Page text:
Some lucky fisherman off the coast of Australia have reeled in a prime specimen of the world's second biggest shark.
That, friends, is a basking shark and it's just a little bit terrifying.
The 6.5 metre monster was accidentally reeled in by commercial fishermen off the coast of Portland, Victoria. And although they could have made a killing by selling the beast to be turned into shark fin soup, they decided to donate the body to science.
Now the Victoria Museum will be given the rare opportunity - The museum has only encountered three in 160 years - to check out the specimen up close.
And the scientists are pretty pumped about it.
Scientists will take tissue samples, stomach contents and vertebrae from the shark for research.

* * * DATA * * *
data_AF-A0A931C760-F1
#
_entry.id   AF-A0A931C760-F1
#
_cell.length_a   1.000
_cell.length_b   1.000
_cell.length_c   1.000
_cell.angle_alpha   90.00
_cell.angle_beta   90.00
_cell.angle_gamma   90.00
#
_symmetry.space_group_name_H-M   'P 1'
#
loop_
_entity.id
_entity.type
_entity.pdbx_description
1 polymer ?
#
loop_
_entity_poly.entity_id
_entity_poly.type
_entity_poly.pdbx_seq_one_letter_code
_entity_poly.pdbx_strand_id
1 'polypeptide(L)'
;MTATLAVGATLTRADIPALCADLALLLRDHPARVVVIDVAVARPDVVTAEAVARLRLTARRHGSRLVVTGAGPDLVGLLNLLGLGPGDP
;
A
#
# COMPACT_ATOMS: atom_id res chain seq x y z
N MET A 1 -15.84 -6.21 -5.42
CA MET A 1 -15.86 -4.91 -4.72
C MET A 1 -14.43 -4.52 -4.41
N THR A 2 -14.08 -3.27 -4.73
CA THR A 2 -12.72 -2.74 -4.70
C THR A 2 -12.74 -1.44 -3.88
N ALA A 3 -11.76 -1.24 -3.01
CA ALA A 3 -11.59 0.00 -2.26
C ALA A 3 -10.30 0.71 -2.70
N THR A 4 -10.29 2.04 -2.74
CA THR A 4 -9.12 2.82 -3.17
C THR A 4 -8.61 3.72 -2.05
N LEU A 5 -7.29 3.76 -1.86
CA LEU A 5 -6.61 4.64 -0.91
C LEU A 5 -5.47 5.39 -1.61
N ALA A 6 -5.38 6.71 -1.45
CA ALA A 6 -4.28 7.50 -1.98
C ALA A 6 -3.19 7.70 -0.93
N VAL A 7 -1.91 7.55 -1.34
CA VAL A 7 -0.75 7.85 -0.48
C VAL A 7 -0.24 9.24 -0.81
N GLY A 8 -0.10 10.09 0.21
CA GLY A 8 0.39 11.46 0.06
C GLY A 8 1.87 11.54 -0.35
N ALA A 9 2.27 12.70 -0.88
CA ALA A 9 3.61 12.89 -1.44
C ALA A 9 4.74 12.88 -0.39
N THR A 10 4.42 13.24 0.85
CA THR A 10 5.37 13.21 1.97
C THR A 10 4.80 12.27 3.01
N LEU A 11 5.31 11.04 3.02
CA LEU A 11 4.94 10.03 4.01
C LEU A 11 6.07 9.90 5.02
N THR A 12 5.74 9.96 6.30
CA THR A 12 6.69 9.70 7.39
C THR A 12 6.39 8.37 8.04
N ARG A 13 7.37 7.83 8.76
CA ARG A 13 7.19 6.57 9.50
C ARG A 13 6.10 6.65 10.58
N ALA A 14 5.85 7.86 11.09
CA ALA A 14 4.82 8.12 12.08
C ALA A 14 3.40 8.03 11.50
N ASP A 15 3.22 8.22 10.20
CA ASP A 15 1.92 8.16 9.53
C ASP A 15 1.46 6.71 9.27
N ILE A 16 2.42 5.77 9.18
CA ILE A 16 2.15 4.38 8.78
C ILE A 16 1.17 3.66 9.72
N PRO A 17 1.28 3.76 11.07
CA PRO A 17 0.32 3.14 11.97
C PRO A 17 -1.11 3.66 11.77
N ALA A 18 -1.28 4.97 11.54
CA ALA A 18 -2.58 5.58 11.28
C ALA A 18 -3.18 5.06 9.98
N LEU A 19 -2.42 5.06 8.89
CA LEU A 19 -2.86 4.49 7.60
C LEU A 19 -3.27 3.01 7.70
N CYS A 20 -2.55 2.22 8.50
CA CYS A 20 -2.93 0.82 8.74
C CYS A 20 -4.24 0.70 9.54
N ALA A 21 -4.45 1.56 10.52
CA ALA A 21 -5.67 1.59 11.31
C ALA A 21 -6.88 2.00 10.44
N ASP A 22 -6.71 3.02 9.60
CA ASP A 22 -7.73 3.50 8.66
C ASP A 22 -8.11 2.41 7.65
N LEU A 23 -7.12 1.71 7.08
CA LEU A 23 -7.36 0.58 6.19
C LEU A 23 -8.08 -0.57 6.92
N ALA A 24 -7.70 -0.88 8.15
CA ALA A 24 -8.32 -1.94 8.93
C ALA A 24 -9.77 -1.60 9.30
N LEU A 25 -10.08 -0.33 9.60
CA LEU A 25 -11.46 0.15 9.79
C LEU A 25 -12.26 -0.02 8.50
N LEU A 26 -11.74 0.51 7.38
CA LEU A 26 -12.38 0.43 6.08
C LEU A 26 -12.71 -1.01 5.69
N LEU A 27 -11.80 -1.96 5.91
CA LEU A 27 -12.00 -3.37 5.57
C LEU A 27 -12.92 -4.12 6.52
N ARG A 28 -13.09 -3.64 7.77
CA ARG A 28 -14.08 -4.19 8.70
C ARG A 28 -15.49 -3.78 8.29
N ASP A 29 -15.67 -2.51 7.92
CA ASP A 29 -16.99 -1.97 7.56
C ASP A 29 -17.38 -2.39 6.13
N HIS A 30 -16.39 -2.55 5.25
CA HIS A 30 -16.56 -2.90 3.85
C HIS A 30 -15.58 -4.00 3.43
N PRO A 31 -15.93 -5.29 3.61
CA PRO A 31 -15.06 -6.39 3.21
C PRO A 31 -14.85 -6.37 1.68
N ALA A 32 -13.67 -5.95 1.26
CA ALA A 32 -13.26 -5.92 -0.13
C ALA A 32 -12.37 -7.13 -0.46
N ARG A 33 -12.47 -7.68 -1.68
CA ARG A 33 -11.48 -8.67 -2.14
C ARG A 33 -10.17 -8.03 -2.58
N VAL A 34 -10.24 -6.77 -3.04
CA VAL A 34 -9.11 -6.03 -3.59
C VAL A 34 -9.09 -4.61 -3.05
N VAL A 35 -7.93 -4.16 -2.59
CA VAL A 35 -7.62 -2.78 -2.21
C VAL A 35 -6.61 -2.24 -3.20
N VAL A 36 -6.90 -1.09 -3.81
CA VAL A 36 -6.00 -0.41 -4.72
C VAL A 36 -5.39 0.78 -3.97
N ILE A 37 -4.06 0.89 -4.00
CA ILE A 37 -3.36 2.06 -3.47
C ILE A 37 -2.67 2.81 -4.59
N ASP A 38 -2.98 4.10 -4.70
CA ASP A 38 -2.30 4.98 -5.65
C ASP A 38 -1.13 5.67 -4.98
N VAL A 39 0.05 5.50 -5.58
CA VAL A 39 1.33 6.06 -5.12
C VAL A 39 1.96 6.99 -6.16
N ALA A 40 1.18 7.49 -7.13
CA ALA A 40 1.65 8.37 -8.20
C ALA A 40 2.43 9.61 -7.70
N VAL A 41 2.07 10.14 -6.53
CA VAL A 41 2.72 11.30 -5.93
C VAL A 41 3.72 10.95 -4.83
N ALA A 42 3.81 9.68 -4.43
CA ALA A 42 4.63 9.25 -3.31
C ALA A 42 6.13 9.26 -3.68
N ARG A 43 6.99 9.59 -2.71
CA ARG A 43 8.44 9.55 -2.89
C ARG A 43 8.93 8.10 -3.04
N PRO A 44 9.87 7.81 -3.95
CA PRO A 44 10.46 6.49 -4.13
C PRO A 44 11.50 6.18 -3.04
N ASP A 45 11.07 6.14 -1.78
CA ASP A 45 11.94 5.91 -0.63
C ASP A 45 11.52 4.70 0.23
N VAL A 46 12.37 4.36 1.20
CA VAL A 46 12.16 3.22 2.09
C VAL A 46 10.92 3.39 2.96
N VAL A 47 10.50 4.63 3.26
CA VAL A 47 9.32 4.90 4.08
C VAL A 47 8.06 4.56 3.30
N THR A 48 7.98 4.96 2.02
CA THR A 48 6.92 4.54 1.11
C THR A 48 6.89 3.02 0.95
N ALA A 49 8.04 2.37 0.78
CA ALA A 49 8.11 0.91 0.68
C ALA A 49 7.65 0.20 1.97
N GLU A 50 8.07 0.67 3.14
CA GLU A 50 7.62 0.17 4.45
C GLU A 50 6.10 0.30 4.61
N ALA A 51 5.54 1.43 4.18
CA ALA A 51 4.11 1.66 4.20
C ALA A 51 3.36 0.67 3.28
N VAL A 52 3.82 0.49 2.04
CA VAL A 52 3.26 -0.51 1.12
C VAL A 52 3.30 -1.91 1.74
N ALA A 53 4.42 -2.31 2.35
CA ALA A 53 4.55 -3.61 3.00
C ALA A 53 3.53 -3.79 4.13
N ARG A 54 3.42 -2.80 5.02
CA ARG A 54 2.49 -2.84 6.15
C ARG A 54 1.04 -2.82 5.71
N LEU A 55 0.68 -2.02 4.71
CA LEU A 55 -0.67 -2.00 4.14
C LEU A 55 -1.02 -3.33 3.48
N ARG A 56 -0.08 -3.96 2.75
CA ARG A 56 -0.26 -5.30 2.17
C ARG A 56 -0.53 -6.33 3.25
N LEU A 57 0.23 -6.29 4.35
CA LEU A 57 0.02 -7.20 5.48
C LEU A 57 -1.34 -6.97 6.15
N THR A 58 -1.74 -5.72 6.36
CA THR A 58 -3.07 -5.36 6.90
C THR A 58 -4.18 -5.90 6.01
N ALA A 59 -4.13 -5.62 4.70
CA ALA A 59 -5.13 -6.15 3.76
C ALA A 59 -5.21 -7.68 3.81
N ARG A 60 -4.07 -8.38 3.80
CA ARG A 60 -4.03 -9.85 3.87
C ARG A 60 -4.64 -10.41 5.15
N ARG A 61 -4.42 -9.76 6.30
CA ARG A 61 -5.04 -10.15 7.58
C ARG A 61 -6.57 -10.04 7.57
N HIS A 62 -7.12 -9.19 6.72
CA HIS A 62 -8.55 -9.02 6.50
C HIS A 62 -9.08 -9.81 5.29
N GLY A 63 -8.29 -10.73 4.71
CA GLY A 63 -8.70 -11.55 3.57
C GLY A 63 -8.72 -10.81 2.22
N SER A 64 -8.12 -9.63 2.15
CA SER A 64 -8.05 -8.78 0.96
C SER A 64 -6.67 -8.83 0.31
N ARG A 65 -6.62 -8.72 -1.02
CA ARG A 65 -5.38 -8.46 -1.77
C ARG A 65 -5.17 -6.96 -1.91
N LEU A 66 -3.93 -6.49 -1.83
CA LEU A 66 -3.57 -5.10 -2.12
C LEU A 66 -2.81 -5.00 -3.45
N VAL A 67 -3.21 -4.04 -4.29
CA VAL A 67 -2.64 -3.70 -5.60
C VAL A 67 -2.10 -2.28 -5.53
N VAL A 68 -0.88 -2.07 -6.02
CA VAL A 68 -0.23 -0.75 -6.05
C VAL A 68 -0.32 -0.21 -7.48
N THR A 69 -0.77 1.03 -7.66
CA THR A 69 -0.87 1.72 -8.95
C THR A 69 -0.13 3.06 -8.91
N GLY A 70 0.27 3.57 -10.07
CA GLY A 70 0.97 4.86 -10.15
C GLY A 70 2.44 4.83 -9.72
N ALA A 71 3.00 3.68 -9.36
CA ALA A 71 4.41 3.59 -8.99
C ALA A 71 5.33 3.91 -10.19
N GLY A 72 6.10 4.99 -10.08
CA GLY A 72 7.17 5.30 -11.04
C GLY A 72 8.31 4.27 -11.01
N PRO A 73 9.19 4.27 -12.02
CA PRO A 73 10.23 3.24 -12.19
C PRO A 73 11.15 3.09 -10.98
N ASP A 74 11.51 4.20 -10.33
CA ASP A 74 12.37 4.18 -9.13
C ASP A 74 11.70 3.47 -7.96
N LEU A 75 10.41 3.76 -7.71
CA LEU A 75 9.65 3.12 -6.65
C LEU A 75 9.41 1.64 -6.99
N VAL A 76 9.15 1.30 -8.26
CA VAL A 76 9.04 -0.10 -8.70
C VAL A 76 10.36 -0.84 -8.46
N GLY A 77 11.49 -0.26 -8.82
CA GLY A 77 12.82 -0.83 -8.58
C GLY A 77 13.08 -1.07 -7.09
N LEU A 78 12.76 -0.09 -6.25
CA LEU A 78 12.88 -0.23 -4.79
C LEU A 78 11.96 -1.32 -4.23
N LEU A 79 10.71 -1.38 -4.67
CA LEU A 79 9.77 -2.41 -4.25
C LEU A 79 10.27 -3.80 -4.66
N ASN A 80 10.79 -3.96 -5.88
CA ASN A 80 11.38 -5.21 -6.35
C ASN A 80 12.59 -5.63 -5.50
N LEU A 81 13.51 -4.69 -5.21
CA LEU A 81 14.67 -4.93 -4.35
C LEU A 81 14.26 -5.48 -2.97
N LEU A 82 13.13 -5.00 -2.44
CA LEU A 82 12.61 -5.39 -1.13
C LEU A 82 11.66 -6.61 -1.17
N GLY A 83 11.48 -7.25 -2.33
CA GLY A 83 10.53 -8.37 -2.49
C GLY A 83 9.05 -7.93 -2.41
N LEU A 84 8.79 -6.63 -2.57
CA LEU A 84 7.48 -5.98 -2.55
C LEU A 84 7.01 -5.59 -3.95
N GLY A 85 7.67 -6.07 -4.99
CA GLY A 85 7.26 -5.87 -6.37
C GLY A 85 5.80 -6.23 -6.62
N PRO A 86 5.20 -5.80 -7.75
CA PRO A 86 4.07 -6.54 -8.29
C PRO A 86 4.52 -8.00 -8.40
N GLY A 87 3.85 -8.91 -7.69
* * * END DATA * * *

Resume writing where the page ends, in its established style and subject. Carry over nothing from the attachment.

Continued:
"These rare encounters can provide many of the missing pieces of knowledge that help broader conservation and biological research," Dr Martin Golon, Museum Victoria's Senior Curator of Ichthyology said.
The samples will help scientists learn more about the relationships between northern and southern hemisphere basking shark populations, as well as ageing studies, dietary studies and isotope analysis from muscle and cartilage, the museum said in a press release.
Di Bray, Senior Collection Manager of Vertebrate Zoology, said it was unusual, but not unheard of to see basking sharks in the area, but that they have proven elusive to scientists.
"As they do not need to breathe air like whales and dolphins, they are not so commonly seen at the surface. We have no idea of what their numbers may be," she said.
The shark may look terrifying, but they're mostly pretty harmless.
While they can grow up to 12 metres long, they're slow moving, gentle plankton feeders who use their huge mouths and gills to strain the water for food.
The basking shark is listed as vulnerable due to overfishing.